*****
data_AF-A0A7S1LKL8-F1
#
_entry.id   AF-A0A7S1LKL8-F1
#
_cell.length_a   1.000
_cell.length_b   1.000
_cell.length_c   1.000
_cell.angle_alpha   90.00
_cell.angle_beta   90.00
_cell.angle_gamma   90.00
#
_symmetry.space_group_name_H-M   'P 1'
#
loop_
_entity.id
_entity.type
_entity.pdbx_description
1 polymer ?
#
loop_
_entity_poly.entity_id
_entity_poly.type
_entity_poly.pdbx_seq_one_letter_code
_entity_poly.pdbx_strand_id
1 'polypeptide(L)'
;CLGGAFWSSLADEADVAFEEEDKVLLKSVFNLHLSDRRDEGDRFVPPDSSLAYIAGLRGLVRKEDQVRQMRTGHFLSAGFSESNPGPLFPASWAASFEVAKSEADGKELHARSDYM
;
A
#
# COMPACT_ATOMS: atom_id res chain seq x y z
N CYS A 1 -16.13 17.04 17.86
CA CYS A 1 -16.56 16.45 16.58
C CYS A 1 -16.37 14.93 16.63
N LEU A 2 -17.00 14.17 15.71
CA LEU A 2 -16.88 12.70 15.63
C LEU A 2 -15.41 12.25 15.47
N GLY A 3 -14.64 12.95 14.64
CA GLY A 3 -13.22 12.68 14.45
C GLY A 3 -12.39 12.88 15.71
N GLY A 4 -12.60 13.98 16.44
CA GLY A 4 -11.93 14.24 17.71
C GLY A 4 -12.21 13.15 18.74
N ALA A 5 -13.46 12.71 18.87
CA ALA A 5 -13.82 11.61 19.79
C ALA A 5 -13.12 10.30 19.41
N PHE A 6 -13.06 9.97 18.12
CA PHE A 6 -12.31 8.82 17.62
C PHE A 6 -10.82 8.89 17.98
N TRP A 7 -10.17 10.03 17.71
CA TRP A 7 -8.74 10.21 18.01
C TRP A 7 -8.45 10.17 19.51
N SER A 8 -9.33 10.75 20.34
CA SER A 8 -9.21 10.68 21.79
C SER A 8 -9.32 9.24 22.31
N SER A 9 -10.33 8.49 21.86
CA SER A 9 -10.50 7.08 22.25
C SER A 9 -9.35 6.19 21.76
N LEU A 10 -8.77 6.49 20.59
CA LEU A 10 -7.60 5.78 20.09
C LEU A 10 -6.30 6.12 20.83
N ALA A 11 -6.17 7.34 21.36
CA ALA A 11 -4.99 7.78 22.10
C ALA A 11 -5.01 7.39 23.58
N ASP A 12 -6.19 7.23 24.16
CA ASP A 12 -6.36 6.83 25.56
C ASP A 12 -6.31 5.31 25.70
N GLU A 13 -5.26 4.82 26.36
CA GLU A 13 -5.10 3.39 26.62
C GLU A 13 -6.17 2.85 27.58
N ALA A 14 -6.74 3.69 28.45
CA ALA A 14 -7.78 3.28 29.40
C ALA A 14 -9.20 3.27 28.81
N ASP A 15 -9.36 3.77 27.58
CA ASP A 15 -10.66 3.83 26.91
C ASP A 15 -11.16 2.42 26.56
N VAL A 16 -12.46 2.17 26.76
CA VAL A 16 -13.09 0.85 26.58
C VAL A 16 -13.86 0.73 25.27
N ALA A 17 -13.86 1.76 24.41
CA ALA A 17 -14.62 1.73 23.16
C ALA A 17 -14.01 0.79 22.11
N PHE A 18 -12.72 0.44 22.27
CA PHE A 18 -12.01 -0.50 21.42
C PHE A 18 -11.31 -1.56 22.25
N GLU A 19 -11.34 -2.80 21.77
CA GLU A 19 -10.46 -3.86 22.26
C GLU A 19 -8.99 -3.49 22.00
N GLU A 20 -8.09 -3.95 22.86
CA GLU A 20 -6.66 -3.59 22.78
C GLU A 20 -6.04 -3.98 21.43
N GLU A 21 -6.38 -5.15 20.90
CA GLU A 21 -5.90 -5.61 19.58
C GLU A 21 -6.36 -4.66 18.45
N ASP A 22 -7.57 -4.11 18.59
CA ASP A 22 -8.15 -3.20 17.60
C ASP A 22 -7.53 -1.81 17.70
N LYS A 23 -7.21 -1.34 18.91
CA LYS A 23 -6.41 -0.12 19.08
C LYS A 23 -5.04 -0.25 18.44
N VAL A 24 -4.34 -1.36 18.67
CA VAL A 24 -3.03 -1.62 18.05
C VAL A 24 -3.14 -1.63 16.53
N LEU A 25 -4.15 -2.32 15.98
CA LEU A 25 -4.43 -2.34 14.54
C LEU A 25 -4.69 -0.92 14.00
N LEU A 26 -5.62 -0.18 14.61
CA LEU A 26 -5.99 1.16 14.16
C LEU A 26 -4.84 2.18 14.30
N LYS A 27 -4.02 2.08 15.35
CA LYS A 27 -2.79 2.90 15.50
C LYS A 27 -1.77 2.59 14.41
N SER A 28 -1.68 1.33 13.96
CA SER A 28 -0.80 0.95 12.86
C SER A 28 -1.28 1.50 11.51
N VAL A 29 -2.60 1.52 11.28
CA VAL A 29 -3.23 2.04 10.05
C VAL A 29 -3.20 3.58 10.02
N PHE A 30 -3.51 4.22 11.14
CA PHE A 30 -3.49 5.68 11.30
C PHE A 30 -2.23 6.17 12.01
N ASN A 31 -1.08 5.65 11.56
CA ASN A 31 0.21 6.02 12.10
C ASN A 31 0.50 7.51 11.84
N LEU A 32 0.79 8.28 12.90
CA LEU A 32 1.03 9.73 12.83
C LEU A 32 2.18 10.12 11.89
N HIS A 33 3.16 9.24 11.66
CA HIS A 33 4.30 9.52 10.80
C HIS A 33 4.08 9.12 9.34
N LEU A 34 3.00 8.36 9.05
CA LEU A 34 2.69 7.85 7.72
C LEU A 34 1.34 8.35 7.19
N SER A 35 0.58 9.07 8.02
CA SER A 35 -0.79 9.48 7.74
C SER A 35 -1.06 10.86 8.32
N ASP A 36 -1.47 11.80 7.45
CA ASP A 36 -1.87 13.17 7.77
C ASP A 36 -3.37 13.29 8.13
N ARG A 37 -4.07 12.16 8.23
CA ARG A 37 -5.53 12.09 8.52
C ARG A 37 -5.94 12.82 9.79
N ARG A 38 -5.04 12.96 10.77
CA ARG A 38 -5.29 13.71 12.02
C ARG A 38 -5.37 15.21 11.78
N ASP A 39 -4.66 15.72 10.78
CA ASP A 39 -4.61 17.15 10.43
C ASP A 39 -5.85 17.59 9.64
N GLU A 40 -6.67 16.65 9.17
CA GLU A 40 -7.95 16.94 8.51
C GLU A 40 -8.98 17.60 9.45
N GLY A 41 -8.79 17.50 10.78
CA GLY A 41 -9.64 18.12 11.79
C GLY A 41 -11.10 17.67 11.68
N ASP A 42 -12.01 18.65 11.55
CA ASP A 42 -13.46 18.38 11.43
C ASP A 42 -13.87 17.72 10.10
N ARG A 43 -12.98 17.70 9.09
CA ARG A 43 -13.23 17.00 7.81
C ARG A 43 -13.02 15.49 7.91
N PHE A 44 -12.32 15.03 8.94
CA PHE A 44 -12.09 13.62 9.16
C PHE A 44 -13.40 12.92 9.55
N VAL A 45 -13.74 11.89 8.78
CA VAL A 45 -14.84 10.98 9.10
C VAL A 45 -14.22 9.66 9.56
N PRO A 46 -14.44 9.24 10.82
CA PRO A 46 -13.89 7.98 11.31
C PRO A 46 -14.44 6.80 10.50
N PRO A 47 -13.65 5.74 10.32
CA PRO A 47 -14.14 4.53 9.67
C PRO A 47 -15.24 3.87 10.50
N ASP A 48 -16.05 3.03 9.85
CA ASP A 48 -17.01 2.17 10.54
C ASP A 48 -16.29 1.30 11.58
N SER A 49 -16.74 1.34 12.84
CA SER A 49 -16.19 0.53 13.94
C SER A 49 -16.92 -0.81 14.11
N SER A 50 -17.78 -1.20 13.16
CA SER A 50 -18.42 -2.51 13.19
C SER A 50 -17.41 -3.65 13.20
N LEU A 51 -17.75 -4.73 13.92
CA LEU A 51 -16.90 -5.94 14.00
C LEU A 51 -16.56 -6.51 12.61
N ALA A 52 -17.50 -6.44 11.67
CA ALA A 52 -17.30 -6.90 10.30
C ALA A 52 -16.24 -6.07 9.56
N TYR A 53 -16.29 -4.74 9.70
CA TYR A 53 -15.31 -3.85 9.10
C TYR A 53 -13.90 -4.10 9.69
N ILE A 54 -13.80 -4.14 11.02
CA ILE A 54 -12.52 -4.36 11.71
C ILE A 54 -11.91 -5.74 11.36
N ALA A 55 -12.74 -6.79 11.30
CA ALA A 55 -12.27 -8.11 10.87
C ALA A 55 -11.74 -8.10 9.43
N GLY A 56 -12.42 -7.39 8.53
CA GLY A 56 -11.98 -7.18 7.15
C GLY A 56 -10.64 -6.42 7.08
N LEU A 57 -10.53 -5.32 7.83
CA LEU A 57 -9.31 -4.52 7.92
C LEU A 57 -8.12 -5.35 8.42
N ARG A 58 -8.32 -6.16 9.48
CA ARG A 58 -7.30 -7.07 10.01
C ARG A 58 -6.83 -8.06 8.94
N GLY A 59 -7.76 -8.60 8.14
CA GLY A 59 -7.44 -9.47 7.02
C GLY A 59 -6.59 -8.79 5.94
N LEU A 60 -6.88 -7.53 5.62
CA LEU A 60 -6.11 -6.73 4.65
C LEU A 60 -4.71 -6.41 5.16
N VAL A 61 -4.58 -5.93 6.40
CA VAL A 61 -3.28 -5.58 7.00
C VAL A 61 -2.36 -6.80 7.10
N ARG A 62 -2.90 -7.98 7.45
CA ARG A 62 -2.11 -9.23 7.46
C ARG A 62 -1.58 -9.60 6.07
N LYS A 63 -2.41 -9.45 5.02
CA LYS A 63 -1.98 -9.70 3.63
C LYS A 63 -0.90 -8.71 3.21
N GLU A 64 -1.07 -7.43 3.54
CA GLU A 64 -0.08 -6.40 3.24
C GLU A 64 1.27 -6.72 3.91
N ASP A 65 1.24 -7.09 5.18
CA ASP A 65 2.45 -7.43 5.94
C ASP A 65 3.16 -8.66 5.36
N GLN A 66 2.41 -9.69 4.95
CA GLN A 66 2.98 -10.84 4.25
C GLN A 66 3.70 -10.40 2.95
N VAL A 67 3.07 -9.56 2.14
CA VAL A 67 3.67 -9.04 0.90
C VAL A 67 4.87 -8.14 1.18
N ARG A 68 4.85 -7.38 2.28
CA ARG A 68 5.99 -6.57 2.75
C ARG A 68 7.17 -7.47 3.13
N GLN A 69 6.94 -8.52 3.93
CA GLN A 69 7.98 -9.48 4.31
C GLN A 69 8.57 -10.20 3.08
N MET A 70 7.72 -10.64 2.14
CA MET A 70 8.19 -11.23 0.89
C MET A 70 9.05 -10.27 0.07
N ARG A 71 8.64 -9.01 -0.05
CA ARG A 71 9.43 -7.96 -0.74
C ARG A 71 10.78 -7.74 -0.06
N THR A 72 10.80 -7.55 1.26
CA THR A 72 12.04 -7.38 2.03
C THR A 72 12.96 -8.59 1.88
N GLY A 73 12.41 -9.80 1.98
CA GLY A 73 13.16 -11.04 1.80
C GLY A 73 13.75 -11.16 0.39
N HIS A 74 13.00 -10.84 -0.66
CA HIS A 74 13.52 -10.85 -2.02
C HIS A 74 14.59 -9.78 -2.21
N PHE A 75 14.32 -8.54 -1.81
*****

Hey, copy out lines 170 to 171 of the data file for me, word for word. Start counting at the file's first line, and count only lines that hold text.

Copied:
CA PRO A 47 -14.14 4.53 9.67
C PRO A 47 -15.24 3.87 10.50